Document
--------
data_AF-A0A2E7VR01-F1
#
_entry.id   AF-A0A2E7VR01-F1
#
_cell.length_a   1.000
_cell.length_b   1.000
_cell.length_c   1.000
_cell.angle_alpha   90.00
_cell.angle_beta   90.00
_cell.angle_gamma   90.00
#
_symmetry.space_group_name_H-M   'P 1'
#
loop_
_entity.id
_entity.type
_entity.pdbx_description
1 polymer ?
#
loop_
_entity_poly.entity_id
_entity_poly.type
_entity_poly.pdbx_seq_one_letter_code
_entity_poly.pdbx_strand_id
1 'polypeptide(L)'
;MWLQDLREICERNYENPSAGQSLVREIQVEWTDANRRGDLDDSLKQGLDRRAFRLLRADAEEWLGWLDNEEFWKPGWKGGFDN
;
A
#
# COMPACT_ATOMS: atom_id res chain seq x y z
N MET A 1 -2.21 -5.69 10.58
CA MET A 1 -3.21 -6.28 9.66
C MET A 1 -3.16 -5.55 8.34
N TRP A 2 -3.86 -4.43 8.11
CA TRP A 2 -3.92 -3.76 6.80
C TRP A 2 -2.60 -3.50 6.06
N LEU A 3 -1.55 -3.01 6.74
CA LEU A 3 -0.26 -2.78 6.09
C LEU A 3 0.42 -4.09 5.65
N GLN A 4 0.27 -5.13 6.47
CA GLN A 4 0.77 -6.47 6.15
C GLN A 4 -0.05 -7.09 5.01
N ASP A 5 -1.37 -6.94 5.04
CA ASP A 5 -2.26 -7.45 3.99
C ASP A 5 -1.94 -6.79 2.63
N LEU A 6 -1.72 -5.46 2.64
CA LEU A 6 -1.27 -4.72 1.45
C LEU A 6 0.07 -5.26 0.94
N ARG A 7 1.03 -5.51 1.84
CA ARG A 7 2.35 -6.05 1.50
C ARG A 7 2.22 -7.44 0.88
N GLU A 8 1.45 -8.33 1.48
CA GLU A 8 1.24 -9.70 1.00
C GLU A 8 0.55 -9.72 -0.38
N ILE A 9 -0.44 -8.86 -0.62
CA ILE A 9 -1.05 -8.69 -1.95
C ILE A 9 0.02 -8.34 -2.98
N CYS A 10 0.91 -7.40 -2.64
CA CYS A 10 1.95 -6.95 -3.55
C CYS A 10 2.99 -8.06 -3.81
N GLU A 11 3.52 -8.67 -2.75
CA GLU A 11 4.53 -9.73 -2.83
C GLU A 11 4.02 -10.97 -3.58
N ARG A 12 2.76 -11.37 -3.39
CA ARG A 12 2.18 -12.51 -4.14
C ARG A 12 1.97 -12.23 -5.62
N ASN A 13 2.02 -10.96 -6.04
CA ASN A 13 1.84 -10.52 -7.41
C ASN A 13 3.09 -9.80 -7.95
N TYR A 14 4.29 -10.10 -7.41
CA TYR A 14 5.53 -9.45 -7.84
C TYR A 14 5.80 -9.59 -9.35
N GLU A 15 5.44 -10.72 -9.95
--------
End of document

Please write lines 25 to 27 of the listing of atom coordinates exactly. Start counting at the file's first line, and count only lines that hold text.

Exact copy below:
1 'polypeptide(L)'
;MWLQDLREICERNYENPSAGQSLVREIQVEWTDANRRGDLDDSLKQGLDRRAFRLLRADAEEWLGWLDNEEFWKPGWKGGFDN
;